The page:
Ministers refused to stop bomb sales to Saudi Arabia despite being told to do so by own export control chief

Britain has sold billions in weapons to Saudi Arabia since the country started bombing in Yemen

Jon Stone
Political Correspondent
Tuesday 07 February 2017 18:09 GMT
Campaigners outside the High Court in London today
Campaigners outside the High Court in London today (PA)

The Government refused to stop the sale of bombs to Saudi Arabia after it was privately advised to do so by the top civil servant in charge of weapons exports control, a court has heard.

Edward Bell, head of the Government’s Export Control Organisation, told the Business Secretary, Sajid Javid, that it would be “prudent and cautious” to stop selling to the Saudi regime amid widespread reports of war crimes by its military in Yemen.

Campaigners today began a legal challenge against the Government in a bid to force ministers to stop issuing export licences for weapons to the autocratic state.

In an email from February 2016 presented to the High Court in London, Mr Bell said: “To be honest – and I was very directly and honest with the Secretary of State – my gut tells me we should suspend.”

“This would be prudent and cautious given the acknowledged gaps in knowledge about Saudi operations. I put this directly to the Secretary of State in these terms.”

Ministers have also publicly been advised to stop sales by MPs on the International Development Committee, the Business Committee, as well as by the European Parliament.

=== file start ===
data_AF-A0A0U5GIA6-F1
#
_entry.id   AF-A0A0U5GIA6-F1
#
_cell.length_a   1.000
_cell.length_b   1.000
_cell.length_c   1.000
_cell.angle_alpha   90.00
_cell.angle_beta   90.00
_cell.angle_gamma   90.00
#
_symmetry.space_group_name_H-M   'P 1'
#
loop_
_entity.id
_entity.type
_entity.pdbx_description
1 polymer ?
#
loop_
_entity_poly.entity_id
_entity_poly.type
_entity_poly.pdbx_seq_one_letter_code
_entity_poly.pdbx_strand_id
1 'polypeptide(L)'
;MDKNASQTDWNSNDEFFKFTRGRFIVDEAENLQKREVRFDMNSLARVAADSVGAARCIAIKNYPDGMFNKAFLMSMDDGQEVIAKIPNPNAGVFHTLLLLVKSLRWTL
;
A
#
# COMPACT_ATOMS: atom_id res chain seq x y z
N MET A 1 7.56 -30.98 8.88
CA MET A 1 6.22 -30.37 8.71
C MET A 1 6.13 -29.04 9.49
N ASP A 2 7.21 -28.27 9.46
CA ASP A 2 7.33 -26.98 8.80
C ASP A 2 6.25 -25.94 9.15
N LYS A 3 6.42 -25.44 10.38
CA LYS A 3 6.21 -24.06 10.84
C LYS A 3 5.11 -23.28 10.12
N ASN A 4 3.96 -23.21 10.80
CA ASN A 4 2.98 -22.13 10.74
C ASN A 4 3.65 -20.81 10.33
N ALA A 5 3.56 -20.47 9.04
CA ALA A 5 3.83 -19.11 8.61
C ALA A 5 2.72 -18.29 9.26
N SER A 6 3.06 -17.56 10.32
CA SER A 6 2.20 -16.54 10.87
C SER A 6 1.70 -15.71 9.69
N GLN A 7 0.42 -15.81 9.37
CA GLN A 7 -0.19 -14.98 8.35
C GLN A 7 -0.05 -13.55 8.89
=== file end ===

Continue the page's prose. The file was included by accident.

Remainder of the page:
The meeting with Mr Javid was said in the email to have taken place on 10 February 2016 and the email was dated the day after, the court saw.

In separate evidence presented to the court, the head of policy at the Export Control Organisation is quoted as saying the organisation has “significant concerns regarding the acknowledged gaps in knowledge about Saudi targeting processes and about the military objectives of some of the strikes”.

The Ministry of Defence were not able to identify a “valid military target” for all the air strikes Saudi Arabian forces had carried out, the head of policy says – only a majority.

“They cannot be certain that the vast majority of total air strikes that are not being tracked have all been IHL-compliant,” it concludes.

Human rights groups say more than 10,000 people have been killed in Yemen as the Saudi Arabian-led coalition intervenes in the country’s civil war. Schools, hospitals, and food factories have reportedly been hit while the United Nations has declared the situation a “humanitarian catastrophe”.

Campaign Against Arms Trade says the Government is unlawfully failing to suspend the sale of UK arms to Saudi Arabia, despite evidence that the Gulf state is guilty of “repeated and serious breaches” of international humanitarian law.

More than £3.3bn worth of arms has been licenced to Saudi Arabia since the bombing began in March 2015.

The Government says there is no “clear risk” that UK-licensed items might be used to commit a serious violation of humanitarian law. Sajid Javid is no longer in charge of arms exports, the policy area now being the responsibility of Liam Fox’s Department for International Trade.

A Government spokesperson declined to comment on the court case but said: “The UK is playing a leading role in work to find a political solution to the conflict in Yemen and to address the humanitarian crisis.

“We operate one of the most robust export control regimes in the world and keep our defence exports to Saudi Arabia under careful and continual review. Given the current legal proceedings we will not be commenting further outside of court at this stage.”

Additional reporting by PA

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